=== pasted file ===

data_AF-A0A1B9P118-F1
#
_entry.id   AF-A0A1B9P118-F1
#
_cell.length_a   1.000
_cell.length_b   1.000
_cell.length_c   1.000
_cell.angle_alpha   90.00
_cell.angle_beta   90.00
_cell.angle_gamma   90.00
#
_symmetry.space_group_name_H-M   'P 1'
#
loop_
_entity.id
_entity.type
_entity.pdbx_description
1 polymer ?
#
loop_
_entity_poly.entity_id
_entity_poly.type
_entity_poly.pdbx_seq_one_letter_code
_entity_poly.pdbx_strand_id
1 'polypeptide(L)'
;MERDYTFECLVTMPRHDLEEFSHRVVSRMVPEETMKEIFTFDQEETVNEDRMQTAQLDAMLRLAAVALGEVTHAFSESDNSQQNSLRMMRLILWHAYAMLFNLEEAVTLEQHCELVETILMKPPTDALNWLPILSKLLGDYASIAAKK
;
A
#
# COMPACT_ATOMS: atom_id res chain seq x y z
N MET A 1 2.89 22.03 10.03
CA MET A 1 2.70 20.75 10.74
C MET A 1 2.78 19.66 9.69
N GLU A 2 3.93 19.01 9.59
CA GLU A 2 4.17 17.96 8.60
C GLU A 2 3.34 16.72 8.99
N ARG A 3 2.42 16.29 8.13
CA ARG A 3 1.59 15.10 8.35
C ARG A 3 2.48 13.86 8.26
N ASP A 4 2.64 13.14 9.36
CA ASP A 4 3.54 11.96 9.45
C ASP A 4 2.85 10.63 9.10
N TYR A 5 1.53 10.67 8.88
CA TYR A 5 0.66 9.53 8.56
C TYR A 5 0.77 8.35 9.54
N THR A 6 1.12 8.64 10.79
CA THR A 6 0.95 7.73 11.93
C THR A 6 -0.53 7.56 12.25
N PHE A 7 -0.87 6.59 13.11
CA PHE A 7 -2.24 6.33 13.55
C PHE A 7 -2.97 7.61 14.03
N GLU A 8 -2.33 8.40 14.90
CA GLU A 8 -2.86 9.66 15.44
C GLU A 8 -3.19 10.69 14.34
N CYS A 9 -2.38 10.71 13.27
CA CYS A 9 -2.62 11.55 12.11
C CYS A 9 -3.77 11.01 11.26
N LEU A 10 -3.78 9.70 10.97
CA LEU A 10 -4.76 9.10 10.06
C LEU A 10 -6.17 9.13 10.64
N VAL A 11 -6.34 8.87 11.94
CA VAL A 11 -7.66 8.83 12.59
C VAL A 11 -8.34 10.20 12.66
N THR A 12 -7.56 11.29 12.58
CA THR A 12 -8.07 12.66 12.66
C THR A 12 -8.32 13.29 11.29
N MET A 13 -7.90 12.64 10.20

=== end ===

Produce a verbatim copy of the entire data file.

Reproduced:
data_AF-A0A1B9P118-F1
#
_entry.id   AF-A0A1B9P118-F1
#
_cell.length_a   1.000
_cell.length_b   1.000
_cell.length_c   1.000
_cell.angle_alpha   90.00
_cell.angle_beta   90.00
_cell.angle_gamma   90.00
#
_symmetry.space_group_name_H-M   'P 1'
#
loop_
_entity.id
_entity.type
_entity.pdbx_description
1 polymer ?
#
loop_
_entity_poly.entity_id
_entity_poly.type
_entity_poly.pdbx_seq_one_letter_code
_entity_poly.pdbx_strand_id
1 'polypeptide(L)'
;MERDYTFECLVTMPRHDLEEFSHRVVSRMVPEETMKEIFTFDQEETVNEDRMQTAQLDAMLRLAAVALGEVTHAFSESDNSQQNSLRMMRLILWHAYAMLFNLEEAVTLEQHCELVETILMKPPTDALNWLPILSKLLGDYASIAAKK
;
A
#
# COMPACT_ATOMS: atom_id res chain seq x y z
N MET A 1 2.89 22.03 10.03
CA MET A 1 2.70 20.75 10.74
C MET A 1 2.78 19.66 9.69
N GLU A 2 3.93 19.01 9.59
CA GLU A 2 4.17 17.96 8.60
C GLU A 2 3.34 16.72 8.99
N ARG A 3 2.42 16.29 8.13
CA ARG A 3 1.59 15.10 8.35
C ARG A 3 2.48 13.86 8.26
N ASP A 4 2.64 13.14 9.36
CA ASP A 4 3.54 11.96 9.45
C ASP A 4 2.85 10.63 9.10
N TYR A 5 1.53 10.67 8.88
CA TYR A 5 0.66 9.53 8.56
C TYR A 5 0.77 8.35 9.54
N THR A 6 1.12 8.64 10.79
CA THR A 6 0.95 7.73 11.93
C THR A 6 -0.53 7.56 12.25
N PHE A 7 -0.87 6.59 13.11
CA PHE A 7 -2.24 6.33 13.55
C PHE A 7 -2.97 7.61 14.03
N GLU A 8 -2.33 8.40 14.90
CA GLU A 8 -2.86 9.66 15.44
C GLU A 8 -3.19 10.69 14.34
N CYS A 9 -2.38 10.71 13.27
CA CYS A 9 -2.62 11.55 12.11
C CYS A 9 -3.77 11.01 11.26
N LEU A 10 -3.78 9.70 10.97
CA LEU A 10 -4.76 9.10 10.06
C LEU A 10 -6.17 9.13 10.64
N VAL A 11 -6.34 8.87 11.94
CA VAL A 11 -7.66 8.83 12.59
C VAL A 11 -8.34 10.20 12.66
N THR A 12 -7.56 11.29 12.58
CA THR A 12 -8.07 12.66 12.66
C THR A 12 -8.32 13.29 11.29
N MET A 13 -7.90 12.64 10.20